New homeless camp for women in SE Portland to come down - KPTV - FOX 12

New homeless camp for women in SE Portland to come down

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One day after tents were pitched in a new homeless camp for battered women in southeast Portland, word came they’ll be coming back down.

The camp sprung up Sunday at Southeast 93rd and Woodstock.

Organizers told Fox 12 Sunday they had been working with the city to find an appropriate location, but things were moving too slowly so they went ahead and set up camp on a plot that had been previously discussed, then taken off the table.

But Monday, the Mayor’s office confirmed the land, which recently sold, is off-limits to the group. Now, the Mayor’s office is working with camp organizers to place all of the women in the camp in safe shelters within the next 24 hours.

At that point, the camp will be closed.

Camp organizers declined to comment Monday, saying it had been a difficult 24 hours.

Mayor Charlie Hales released this statement:

"These organizations have done us a service in connecting us with these women, so we can move them to safety. However, our Safe Sleep Guidelines are clear: They cannot set up unsanctioned camps. It's not courteous to the surrounding neighborhood, and it doesn't allow us to connect these women with the services they deserve. We are moving far faster than government typically does, and we need these organizations to work with us for the benefit of our whole Portland community."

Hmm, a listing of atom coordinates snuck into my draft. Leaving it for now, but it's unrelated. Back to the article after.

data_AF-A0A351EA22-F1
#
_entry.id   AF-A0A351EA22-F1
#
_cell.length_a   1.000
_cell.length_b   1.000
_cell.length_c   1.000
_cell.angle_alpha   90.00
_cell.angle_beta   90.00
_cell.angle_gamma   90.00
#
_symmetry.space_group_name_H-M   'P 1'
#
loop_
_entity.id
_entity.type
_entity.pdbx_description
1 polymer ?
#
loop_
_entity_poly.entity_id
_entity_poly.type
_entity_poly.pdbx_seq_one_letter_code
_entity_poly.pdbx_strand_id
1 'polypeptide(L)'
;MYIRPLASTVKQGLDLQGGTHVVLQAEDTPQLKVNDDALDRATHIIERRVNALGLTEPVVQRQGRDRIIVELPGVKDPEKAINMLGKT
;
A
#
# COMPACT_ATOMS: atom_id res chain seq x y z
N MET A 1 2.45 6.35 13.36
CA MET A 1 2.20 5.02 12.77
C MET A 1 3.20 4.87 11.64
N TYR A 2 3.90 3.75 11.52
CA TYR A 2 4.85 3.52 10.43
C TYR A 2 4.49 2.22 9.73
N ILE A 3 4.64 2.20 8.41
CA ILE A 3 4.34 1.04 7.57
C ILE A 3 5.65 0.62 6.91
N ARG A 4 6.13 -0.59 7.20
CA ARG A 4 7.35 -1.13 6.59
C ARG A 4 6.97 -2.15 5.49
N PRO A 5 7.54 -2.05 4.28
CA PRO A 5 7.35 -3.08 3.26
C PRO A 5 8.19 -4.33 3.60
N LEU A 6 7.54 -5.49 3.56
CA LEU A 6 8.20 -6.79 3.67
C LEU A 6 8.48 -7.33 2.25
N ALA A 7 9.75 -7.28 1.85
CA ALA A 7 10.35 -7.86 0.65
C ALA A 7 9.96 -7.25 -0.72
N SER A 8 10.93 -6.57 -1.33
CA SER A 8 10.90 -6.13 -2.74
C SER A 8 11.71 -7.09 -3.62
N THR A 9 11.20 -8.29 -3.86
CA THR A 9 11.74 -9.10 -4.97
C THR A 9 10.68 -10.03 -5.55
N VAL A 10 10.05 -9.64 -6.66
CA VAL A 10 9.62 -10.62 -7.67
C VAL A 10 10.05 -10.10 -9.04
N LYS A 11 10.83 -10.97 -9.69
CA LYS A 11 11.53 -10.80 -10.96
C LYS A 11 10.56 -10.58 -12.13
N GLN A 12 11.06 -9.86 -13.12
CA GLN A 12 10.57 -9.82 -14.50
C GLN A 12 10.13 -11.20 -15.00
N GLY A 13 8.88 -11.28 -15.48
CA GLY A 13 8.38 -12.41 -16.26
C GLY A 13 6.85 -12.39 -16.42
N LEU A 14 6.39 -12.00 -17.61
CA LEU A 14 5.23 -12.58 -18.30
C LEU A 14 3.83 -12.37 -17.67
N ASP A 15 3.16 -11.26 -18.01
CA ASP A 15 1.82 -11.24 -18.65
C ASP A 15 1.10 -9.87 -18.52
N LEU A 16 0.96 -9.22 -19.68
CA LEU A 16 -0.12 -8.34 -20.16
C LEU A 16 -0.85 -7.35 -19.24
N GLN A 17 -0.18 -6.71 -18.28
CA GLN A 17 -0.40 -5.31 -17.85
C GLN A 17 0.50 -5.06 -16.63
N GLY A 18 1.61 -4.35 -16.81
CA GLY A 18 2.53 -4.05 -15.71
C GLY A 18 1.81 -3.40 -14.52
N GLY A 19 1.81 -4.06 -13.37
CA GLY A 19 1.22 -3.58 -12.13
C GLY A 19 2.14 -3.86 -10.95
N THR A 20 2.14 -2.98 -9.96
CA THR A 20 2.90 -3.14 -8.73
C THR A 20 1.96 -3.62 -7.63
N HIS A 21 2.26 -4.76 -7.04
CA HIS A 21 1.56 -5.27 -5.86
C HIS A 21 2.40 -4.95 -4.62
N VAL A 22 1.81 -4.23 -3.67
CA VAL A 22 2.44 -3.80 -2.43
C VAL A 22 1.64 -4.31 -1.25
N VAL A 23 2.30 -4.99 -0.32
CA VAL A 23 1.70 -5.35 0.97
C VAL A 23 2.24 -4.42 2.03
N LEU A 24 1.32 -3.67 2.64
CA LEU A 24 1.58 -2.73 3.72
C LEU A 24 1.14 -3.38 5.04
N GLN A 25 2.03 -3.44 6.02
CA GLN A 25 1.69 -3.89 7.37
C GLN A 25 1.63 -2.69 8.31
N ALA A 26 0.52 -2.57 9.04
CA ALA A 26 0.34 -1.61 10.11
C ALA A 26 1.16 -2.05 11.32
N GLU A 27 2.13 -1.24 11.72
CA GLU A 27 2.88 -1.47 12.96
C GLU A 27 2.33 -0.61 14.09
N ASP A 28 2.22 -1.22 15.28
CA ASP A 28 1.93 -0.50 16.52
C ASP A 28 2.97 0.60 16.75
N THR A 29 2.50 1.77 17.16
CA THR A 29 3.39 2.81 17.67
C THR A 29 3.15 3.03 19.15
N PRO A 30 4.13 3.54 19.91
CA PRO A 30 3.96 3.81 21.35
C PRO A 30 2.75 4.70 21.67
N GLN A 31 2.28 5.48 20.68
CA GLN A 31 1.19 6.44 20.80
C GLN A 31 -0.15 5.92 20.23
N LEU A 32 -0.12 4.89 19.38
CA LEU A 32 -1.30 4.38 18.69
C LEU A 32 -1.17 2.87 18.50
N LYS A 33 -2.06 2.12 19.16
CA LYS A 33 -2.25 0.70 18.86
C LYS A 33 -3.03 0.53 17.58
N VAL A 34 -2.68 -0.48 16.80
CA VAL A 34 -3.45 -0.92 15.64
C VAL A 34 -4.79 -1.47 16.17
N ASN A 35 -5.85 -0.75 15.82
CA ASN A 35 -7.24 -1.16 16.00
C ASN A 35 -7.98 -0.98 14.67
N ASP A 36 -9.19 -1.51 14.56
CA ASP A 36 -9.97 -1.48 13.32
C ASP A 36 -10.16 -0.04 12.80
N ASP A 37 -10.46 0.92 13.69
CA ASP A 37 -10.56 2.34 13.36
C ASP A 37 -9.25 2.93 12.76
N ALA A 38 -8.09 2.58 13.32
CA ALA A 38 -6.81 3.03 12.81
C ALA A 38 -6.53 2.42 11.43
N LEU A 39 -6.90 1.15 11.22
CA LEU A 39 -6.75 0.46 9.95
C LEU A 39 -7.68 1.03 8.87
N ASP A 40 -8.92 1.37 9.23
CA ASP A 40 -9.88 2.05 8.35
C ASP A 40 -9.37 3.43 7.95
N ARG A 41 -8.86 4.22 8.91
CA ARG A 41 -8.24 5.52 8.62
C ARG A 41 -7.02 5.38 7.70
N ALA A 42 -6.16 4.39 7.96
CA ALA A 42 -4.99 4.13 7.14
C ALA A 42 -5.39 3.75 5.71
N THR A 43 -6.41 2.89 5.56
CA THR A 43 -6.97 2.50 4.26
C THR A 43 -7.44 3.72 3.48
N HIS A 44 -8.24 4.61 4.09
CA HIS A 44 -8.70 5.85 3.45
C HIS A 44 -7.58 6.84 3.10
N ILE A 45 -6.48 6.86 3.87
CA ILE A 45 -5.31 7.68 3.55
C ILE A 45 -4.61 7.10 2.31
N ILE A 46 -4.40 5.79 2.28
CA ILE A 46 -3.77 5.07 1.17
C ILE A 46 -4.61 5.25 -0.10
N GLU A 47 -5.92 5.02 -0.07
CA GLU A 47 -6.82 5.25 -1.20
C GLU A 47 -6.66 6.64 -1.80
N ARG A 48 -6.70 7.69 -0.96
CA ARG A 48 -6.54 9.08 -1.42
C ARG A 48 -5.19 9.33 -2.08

People living nearby said the camp is sparking discussions in the neighborhood, with strong feelings on both sides.

“It’s a good idea,” said Joe Jerome, who is staying nearby. “I’ve been down these bike trails and it’s a lot of trouble down there, it’s very violent for these girls.”

But Jerome said he also understood the city’s position and that the campers didn’t have permission to be there.

“They need a safe place to live, everybody needs a safe place to live,” said Carma Crimmons, who lives adjacent to the camp. “It was surprising that they chose that place because nobody on this street was notified.”

Crimmons said she had no idea people were moving in to the vacant lot across from her home until she saw their tents Sunday.

“There’s a lot of feeling that it was political maneuvering,” she said of the neighborhood discussions.

Now, Crimmons hopes the women at the camp do find a safe and permanent live in a spot where they’re allowed to be.

“Again, they don’t own that property, so now they’re going to be moving yet again,” she added. “They’re looking for stability, well, that wasn’t the answer.”

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